Battle for Berlin

By the first days of February 1945 the Soviets reached the Oder river.[10] In the south, in early March 1945, the Germans attempted a final offensive to recapture Budapest, but without success. The Soviets had already captured Silesia and Pomerania in late March 1945.[10]


  1. Minerbi, Alessandra (2009) (in Portuguese). História Ilustrada do Nazismo [Illustrated History of Nazism]. São Paulo: Larousse do Brasil. p. 122-123. ISBN 978-85-7635-457-4. 
  2. 2.0 2.1 2.2 Gilbert, Martin, ed. (1990). The Ilustrated Atlas of the Jewish Civilization. New York: MacMillan. p. 166-169. ISBN 0-02-543415-2. 
  3. Azaola, Ramon, ed. (2000). Man at War 1914-1945 - The Spanish Civil War: Corporal, Nationalist Infantry. Madrid: DelPrado Publishers. p. 4. ISBN 84-8372-516-9. 
  4. 4.0 4.1 Lannon, Frances (2002). Essential Histories - The Spanish Civil War: 1936-1939. Botley, Oxford: Osprey Publishing Limited. p. 11. ISBN 1-84176-369-1.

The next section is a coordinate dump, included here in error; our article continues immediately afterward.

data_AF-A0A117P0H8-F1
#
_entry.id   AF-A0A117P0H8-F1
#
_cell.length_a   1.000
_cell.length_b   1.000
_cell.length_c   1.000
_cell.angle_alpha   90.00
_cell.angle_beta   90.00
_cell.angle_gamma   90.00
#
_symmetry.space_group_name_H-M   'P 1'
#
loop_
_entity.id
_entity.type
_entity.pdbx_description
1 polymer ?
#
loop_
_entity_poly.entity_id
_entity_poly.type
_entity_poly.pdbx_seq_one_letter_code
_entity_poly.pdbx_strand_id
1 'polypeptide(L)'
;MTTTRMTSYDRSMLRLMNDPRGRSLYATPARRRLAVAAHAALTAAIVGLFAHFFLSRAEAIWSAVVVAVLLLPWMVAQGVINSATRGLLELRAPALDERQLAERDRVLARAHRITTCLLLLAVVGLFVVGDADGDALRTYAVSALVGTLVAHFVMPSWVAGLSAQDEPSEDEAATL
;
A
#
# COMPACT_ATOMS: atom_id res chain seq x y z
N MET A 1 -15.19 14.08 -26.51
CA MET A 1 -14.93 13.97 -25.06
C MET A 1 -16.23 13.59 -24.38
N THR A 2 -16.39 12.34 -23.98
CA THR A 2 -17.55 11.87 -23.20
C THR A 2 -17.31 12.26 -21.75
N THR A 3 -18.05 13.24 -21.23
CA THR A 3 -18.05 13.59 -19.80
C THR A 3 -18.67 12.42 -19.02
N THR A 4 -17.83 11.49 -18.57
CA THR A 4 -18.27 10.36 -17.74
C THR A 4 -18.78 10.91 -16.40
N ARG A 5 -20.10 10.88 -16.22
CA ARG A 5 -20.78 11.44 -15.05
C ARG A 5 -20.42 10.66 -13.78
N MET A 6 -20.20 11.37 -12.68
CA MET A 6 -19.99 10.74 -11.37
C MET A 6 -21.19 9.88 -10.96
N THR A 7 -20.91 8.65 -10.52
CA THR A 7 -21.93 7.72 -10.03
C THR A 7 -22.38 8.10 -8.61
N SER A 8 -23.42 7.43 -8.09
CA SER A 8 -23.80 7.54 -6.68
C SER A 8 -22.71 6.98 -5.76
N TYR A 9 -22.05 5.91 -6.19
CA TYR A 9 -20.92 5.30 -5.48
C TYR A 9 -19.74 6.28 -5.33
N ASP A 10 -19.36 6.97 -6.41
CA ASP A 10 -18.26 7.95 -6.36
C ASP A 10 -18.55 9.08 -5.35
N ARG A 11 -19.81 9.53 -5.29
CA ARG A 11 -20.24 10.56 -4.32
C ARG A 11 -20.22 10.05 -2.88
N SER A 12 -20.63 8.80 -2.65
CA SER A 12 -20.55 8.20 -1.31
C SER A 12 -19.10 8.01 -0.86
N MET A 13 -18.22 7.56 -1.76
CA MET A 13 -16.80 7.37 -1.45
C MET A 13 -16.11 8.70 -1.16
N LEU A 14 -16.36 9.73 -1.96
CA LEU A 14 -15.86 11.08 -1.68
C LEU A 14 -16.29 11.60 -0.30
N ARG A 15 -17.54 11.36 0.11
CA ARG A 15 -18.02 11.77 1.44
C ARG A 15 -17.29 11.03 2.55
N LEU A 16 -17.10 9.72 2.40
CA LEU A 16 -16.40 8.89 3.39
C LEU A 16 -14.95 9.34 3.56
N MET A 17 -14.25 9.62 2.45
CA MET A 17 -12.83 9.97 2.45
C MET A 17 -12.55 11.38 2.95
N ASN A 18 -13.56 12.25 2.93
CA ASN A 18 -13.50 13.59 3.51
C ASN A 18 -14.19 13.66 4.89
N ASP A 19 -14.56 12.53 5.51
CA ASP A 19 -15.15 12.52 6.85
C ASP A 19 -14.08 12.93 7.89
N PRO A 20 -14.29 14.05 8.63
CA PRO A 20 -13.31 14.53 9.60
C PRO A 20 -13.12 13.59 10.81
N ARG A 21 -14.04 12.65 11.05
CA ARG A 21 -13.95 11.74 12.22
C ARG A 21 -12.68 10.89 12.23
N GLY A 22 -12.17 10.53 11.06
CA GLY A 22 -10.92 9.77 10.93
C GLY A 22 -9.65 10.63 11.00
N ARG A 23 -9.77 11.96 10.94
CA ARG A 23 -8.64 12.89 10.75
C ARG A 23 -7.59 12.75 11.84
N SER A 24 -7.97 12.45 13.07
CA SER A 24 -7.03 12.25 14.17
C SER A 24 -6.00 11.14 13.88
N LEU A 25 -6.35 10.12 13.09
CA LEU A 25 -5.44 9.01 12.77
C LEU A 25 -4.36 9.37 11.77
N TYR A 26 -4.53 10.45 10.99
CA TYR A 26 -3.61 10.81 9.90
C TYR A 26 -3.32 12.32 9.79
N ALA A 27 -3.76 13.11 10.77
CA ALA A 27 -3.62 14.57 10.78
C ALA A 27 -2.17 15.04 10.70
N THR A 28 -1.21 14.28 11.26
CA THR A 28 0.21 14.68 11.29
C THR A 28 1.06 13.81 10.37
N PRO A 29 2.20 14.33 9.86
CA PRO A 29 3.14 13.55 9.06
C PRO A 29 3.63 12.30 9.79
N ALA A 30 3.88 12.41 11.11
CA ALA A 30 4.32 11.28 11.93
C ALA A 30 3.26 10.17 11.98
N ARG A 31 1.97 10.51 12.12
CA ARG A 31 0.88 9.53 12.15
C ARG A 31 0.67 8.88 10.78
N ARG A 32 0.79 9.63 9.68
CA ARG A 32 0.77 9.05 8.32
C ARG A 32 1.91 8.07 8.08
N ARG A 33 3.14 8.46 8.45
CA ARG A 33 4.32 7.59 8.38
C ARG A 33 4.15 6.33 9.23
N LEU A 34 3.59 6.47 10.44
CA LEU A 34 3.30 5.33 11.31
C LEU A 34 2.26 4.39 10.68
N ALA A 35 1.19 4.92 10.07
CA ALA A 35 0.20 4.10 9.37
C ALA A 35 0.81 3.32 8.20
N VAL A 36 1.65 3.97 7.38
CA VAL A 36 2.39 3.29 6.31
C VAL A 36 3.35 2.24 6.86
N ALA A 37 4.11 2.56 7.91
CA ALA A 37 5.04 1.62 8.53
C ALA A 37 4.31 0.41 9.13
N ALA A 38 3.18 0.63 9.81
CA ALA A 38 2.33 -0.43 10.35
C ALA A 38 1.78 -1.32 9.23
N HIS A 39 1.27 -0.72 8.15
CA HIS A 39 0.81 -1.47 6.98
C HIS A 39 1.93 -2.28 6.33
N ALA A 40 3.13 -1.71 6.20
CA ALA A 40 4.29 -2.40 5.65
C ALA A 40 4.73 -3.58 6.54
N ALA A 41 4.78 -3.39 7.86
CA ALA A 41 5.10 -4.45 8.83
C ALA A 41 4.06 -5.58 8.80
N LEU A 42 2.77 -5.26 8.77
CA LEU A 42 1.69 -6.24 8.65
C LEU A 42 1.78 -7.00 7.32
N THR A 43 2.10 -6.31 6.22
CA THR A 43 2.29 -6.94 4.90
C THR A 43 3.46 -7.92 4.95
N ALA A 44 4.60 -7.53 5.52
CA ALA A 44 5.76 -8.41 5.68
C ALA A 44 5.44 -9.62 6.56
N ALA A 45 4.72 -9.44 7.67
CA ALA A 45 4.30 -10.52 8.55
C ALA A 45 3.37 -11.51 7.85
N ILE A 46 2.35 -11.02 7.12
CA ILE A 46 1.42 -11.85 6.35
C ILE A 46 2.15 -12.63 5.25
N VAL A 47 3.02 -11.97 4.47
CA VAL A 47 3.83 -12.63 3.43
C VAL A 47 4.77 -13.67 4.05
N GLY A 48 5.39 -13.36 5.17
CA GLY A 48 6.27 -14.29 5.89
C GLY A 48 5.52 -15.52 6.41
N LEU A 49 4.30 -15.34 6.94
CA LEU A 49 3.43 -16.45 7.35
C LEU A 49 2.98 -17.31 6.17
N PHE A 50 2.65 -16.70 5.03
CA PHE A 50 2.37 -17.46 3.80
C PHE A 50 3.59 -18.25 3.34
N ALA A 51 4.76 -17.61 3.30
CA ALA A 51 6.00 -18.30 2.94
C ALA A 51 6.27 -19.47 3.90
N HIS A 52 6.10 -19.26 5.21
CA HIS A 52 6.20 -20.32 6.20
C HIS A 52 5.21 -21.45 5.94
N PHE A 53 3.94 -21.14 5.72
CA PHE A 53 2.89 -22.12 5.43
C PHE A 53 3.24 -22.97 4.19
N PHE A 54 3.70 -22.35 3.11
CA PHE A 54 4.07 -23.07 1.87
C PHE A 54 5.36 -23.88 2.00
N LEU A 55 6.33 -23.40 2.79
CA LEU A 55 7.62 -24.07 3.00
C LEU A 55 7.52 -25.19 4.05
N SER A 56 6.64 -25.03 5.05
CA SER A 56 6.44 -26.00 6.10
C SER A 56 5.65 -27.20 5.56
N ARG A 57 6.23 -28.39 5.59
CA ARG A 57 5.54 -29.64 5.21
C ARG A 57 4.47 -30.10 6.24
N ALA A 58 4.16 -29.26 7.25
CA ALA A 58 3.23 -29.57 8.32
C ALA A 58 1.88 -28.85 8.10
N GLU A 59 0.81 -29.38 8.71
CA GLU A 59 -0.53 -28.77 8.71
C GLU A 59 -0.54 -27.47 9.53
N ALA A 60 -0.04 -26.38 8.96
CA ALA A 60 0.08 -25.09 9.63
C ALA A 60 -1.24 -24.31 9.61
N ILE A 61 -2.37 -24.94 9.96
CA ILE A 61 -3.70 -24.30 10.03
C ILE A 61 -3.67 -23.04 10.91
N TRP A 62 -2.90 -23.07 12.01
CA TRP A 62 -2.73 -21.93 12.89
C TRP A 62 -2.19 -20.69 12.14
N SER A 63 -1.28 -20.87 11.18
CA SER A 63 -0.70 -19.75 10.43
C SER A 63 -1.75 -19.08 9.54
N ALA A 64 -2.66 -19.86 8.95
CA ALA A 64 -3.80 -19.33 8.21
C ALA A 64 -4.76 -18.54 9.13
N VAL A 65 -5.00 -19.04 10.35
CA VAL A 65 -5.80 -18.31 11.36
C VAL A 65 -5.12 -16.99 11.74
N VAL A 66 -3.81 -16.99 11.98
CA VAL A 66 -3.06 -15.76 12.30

5. 5.0 5.1 5.2 Romero, Javier (November/December 2003). Miranda, Joseph; Cummins, Christopher. ed. "The Spanish Civil War". Strategy & Tactics (Bakersfield: Decision Games) (219): 6-20. ISSN 1040-866X. 
  6. 6.0 6.1 Barnavi, Eli, ed. (1992). A Historical Atlas of the Jewish People. New York: Schocken Books. p. 226. ISBN 0-8052-4127-2. 
  7. Tucker, Spencer C, ed. (2005). World War II:A Student Encyclopedia. Santa Barbara, California: ABC-CLIO. ISBN 1-85109-857-7. 
  8. Cardona, Gabriel; Vásquez, Juan (2009) (in portuguese). Coleção 70º aniversário da 2ª Guerra Mundial [Collection 70th Anniversary of World War 2 (volume 2:1939: Germany Dominates Poland)]. 2 - 1939: A Alemanha Domina a Polônia. São Paulo: Abril Coleções. p. 12. ISBN 978-85-62605-02-4. 
  9. 9.0 9.1 Losada, Juan Carlos; Vásquez, Juan (2009) (in Portuguese). Coleção 70º aniversário da 2ª Guerra Mundial [Collection 70th Anniversary of World War 2 (volume 3:1939: Finland against USSR: War in the Snow)]. 3 - 1939: Finlândia contra URSS: Guerra na Neve. São Paulo: Abril Coleções. p. 63-83. ISBN 978-85-62605-03-1. 
  10. 10.0 10.1 Ziemke, Earl F (1968). Battle for Berlin:End of the Third Reich. New York: Ballantine Books Inc..